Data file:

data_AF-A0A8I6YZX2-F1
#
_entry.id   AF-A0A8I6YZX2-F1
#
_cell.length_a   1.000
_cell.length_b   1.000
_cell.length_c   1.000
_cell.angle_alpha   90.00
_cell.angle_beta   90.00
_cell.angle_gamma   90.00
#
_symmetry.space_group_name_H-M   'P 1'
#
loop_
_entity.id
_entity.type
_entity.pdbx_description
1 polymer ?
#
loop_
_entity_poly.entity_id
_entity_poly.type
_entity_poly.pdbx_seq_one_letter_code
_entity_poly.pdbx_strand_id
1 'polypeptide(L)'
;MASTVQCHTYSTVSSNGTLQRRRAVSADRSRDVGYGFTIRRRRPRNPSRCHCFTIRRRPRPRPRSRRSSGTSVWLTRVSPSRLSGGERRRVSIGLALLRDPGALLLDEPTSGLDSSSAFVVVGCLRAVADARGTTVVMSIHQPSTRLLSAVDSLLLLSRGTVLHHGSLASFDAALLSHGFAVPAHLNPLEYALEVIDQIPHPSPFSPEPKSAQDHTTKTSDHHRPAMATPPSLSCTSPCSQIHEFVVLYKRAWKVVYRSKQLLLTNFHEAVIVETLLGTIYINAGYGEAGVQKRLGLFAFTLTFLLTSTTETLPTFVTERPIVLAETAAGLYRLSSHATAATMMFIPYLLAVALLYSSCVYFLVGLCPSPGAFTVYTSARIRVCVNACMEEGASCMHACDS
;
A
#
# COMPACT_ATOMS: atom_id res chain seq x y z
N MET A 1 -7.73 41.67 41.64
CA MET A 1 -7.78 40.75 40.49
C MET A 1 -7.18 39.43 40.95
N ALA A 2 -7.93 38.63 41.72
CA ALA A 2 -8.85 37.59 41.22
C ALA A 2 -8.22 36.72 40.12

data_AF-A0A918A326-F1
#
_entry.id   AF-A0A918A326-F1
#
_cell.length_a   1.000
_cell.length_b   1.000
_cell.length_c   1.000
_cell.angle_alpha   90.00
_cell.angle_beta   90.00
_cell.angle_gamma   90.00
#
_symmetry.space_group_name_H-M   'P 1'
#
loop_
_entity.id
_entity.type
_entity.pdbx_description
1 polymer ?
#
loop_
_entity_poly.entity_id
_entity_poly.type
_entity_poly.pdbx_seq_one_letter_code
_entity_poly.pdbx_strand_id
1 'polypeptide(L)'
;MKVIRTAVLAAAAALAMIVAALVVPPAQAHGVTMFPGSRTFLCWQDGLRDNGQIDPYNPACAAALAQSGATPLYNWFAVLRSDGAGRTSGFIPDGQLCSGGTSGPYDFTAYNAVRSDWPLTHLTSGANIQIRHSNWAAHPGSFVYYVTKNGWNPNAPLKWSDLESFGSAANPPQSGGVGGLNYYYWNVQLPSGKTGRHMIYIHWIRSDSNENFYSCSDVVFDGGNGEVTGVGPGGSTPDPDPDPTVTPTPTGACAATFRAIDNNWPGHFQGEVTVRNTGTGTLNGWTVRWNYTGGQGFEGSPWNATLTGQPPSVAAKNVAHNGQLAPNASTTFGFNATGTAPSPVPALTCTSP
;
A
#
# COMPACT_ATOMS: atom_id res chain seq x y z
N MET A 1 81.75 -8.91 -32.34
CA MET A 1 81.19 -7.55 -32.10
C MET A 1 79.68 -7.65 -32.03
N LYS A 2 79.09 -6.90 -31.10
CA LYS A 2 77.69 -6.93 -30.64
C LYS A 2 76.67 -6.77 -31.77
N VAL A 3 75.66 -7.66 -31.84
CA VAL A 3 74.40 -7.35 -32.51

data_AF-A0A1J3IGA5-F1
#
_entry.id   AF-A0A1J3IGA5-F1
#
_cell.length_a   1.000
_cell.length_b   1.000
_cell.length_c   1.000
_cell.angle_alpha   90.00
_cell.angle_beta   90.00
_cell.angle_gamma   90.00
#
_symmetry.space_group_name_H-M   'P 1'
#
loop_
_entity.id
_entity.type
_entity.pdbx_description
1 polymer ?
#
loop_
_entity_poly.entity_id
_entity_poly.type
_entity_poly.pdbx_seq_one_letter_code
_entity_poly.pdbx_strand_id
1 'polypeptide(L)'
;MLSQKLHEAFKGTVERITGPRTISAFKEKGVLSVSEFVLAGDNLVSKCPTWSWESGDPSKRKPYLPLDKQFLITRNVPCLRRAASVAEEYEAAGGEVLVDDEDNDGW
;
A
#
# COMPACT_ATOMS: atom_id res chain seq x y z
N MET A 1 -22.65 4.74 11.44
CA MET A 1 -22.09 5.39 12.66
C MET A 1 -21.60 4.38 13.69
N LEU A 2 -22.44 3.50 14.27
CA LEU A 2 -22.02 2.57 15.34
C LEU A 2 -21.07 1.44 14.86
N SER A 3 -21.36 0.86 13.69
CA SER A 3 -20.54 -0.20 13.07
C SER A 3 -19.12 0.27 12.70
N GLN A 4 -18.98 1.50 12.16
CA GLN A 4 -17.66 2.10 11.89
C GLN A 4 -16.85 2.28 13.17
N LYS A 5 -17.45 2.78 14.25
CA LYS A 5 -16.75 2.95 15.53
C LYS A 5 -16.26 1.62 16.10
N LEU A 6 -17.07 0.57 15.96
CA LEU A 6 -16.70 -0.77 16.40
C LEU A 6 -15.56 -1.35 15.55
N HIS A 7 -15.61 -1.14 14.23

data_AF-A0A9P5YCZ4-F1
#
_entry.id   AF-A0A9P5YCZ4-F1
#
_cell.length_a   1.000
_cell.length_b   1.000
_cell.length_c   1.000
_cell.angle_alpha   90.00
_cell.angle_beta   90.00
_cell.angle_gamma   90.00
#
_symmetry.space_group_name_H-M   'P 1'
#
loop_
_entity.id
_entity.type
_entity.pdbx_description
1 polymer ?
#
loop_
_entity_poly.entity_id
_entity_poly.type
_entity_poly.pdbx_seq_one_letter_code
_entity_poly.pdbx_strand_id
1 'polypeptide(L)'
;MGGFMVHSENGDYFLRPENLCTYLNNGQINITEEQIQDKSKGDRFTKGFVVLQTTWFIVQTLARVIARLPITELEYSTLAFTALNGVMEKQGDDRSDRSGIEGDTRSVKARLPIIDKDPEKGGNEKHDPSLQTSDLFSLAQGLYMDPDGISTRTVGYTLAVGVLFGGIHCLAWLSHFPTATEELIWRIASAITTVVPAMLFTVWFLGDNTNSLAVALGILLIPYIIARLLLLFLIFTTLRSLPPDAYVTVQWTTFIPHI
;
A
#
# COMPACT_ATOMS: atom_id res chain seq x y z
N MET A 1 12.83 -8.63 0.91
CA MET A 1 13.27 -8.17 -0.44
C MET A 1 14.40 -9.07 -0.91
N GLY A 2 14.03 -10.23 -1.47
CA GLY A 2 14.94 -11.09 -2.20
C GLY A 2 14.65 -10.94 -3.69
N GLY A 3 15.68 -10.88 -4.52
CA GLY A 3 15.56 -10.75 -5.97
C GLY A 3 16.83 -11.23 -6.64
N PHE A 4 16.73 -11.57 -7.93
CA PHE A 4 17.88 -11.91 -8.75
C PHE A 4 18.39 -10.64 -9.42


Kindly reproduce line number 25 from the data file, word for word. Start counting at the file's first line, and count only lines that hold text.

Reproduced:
1 'polypeptide(L)'